The tulip poplar is the official tree in Tennessee. The mockingbird is the official state bird, not to be confused with the official game bird. That would be the bobwhite quail. In its 219 years of existence, Tennessee has had at least 10 official state songs.

What it doesn’t have is an official book.

“This bill would recognize the Bible as the official state book of Tennessee based on its historical and economic impact on our great state,” said state Rep. Jerry Sexton, the legislation’s sponsor.


Sexton appeared before the House State Government Subcommittee this week to make the case for his bill. Bibles are often used to record family histories and genealogies. Printing and sales of the books have made them a “strong economic driver” in Tennessee. And he cited the Bible’s prominence in many homes across the state.

But the bill could lead some residents to believe that the state is recognizing a religion, according to state Rep. Darren Jernigan.

“I’m being put in a very difficult spot here as a Christian to vote against the Bible,” he said. “We need to be inclusive and not divisive in our manner because this does represent one religion, Christianity.”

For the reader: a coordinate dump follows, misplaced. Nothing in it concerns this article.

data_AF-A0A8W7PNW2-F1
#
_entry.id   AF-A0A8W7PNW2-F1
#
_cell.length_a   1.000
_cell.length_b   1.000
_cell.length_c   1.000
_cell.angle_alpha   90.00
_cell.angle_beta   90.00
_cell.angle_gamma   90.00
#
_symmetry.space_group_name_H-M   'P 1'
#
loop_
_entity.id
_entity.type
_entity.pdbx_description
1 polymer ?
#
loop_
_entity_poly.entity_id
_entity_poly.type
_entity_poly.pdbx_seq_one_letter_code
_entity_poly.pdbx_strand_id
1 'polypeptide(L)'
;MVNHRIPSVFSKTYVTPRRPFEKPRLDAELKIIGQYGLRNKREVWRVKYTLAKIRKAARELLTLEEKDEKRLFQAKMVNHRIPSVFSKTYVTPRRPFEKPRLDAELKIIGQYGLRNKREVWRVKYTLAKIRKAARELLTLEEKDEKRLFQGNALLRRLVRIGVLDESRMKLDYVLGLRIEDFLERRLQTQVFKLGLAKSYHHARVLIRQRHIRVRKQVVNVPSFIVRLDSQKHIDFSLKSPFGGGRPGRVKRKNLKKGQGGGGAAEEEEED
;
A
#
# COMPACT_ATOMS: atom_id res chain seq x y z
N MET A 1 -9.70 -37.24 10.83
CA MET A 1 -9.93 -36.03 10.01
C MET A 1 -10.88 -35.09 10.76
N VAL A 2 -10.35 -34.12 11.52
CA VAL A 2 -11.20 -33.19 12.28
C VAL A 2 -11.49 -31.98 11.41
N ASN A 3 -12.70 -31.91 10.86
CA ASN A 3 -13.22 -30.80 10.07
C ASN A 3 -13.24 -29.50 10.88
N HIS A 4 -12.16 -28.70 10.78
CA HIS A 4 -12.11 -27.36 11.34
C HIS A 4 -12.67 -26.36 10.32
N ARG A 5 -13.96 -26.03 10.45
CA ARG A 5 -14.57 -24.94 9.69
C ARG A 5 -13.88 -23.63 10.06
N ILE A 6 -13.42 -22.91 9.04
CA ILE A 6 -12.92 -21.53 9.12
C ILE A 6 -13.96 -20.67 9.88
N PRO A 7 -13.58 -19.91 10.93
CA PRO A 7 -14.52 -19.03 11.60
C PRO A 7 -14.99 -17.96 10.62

It raises constitutional questions, both state and federal. Committee members have requested an opinion from the state’s attorney general about the bill, who informed them that it is “suspect” and could be legally challenged. The Tennessee Constitution states that “no preference shall ever be given, by law, to any religious establishment or mode of worship.”

“I think we are a nation that is inclusive of everyone,” Sexton replied. “This isn’t about establishing anything, other than that we recognize the culture and history of our state and who we are as Tennesseans, who we are as Americans.”

Tennessee is not the first to consider making the Bible an official state book. Legislators in Mississippi tried to do it earlier this year but failed. Same goes for Louisiana, where a similar bill was pulled in 2014 after it became a distraction, The Times-Picayune reported.

Christianity is by far the most common religion in Tennessee. More than 85 percent of adults are affiliated with one of its denominations, according to a 2008 study by the Pew Forum on Religion and Public Life. That figure is slightly higher than the national average of 78 percent.

Sexton’s bill has enough votes to pass if it can pass legal review and get to the floor. Sixty-seven lawmakers have signed on as co-sponsors in the House, as have 19 in the Senate.

The text itself is quite brief. It reads, “The Holy Bible is hereby designated as the official state book.” Many questions remain unanswered. For instance, the bill doesn’t say what kind of Bible should be used. Does the King James, New International Version or some other translation best represent Tennessee residents?

Might be a good topic to study over the summer.